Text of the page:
Voter beware: Even if you are legally registered to vote at an Arizona residence, you may not be allowed to vote for state and local offices in 2014. Last week, Arizona Attorney General Tom Horne released an opinion directing the state’s top elections official, Secretary of State Ken Bennett, to implement a split election system in which voters will be restricted to a much shorter ballot if they only completed a federal voter registration form, which does not require proof of citizenship. Arizona state law requires proof of citizenship from all voters in state and local elections, even for voters previously registered in another state or Arizona county, in the form of an Arizona driver’s license issued after 1996, a birth certificate, a passport, naturalization documents or a Tribal Certificate of Indian Blood. At the federal level, however, the National Voter Registration Act of 1993 created a universal voter registration form requiring that a person sign under penalty of perjury that he or she is a U.S. citizen, and mandates that those with a driver’s license or social security number provide that information; those without are given a separate ID number by the state.
There has not been a single prosecuted instance of a non-citizen using the federal form to unlawfully register to vote. In spite of this, Arizona decided that the requirements were too lax, and refused to accept the federal form.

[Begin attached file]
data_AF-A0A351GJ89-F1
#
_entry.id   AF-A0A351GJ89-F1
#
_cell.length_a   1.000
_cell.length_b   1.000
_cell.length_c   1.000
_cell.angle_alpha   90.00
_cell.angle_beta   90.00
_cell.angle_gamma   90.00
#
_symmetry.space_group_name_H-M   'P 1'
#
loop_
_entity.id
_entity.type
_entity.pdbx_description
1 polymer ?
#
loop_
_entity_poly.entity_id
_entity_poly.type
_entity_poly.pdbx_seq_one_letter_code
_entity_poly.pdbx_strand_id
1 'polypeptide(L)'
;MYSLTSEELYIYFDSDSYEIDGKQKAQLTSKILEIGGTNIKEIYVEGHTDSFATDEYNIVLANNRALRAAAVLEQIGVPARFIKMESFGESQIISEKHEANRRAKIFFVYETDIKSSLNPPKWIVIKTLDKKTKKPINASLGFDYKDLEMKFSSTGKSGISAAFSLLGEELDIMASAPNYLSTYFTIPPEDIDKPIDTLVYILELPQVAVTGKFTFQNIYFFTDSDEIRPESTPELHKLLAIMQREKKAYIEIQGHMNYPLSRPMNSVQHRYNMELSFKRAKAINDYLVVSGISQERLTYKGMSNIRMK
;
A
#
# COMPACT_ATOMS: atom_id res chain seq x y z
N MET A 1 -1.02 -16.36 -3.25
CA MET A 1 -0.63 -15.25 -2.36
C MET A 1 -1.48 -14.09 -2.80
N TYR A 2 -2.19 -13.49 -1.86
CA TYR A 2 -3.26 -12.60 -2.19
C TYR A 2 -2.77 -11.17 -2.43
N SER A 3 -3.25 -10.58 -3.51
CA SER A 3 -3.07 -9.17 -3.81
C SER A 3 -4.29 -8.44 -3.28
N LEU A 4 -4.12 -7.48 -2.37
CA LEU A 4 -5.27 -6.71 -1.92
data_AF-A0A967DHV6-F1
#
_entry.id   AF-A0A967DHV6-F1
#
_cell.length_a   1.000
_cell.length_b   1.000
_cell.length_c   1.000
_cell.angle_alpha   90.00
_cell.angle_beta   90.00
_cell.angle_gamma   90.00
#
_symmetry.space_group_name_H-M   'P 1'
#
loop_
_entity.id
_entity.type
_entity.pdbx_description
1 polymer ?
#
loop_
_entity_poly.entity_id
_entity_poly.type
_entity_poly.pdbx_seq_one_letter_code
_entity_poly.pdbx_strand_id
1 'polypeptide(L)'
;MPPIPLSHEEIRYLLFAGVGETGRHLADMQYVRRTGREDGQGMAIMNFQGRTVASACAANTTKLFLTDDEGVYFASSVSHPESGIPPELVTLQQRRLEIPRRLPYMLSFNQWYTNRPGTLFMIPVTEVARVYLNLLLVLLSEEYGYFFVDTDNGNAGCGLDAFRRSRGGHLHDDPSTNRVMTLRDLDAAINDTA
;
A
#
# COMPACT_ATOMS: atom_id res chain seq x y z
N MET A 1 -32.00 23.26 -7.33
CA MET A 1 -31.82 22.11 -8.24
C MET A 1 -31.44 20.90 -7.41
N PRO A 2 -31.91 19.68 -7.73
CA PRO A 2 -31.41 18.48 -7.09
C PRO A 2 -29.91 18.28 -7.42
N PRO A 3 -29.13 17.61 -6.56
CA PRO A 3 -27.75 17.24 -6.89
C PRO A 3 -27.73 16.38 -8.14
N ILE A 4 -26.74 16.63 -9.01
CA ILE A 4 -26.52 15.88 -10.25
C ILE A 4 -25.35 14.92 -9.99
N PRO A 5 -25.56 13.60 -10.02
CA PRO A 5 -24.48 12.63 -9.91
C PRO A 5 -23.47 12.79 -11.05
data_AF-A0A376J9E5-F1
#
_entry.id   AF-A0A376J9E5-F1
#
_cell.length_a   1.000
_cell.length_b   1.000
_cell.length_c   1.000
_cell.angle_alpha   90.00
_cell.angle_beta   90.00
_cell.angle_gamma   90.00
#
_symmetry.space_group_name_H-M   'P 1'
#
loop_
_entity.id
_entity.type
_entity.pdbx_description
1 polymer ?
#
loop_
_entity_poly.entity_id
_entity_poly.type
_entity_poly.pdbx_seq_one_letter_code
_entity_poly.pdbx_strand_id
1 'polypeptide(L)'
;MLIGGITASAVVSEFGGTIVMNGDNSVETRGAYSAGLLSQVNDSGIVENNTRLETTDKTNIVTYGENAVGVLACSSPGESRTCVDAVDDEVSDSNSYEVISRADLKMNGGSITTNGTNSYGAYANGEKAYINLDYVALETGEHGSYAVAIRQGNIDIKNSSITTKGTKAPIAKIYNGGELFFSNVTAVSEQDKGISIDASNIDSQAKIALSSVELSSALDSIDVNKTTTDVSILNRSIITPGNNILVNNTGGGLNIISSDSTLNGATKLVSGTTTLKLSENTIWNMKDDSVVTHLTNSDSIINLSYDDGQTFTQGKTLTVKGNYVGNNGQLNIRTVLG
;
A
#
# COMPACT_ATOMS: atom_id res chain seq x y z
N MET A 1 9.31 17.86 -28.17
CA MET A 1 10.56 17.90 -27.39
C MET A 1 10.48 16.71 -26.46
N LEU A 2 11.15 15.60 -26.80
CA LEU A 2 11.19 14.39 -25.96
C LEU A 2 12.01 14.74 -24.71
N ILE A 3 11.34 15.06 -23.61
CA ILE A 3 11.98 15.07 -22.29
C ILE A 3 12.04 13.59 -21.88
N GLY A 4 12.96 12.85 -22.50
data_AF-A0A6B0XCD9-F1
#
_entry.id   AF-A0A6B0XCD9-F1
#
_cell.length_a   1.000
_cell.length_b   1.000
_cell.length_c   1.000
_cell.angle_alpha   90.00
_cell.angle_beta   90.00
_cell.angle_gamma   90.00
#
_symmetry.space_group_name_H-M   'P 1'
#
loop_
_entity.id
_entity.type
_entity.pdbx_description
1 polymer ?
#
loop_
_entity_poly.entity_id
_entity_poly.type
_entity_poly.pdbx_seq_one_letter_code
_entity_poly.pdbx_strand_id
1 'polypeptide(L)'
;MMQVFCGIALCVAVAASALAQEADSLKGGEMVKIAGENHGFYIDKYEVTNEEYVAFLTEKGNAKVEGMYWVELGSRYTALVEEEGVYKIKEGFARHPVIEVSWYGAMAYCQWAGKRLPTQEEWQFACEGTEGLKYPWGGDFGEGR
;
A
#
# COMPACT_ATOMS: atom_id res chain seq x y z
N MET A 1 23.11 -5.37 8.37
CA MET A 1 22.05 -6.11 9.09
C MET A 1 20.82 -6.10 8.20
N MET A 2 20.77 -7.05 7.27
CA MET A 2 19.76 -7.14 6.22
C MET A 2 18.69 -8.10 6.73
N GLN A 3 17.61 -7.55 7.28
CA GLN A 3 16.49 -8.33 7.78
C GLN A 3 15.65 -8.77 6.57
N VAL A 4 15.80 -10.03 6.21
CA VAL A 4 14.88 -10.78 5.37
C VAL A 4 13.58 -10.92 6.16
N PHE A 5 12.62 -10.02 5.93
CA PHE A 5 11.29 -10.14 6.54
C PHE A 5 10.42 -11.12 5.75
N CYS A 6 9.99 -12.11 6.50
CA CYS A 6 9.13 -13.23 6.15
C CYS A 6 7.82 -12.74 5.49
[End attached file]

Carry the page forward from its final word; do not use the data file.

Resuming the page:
The Supreme Court, however, ruled against the state in a 7-2 decision. Justice Antonin Scalia, writing for the majority, said, “a state-imposed requirement of evidence of citizenship not required by the Federal Form is ‘inconsistent with’ the NVRA’s mandate that States ‘accept and use’ the Federal Form.”
Horne seems to be trying to find a hole in the Supreme Court ruling by creating the split election system. He wrote in his official opinion last week that “registrants who have not provided sufficient evidence of citizenship should not be permitted to vote in state and local elections.”
Full Article: Arizona Daily Wildcat :: Voter ID laws restrict democracy.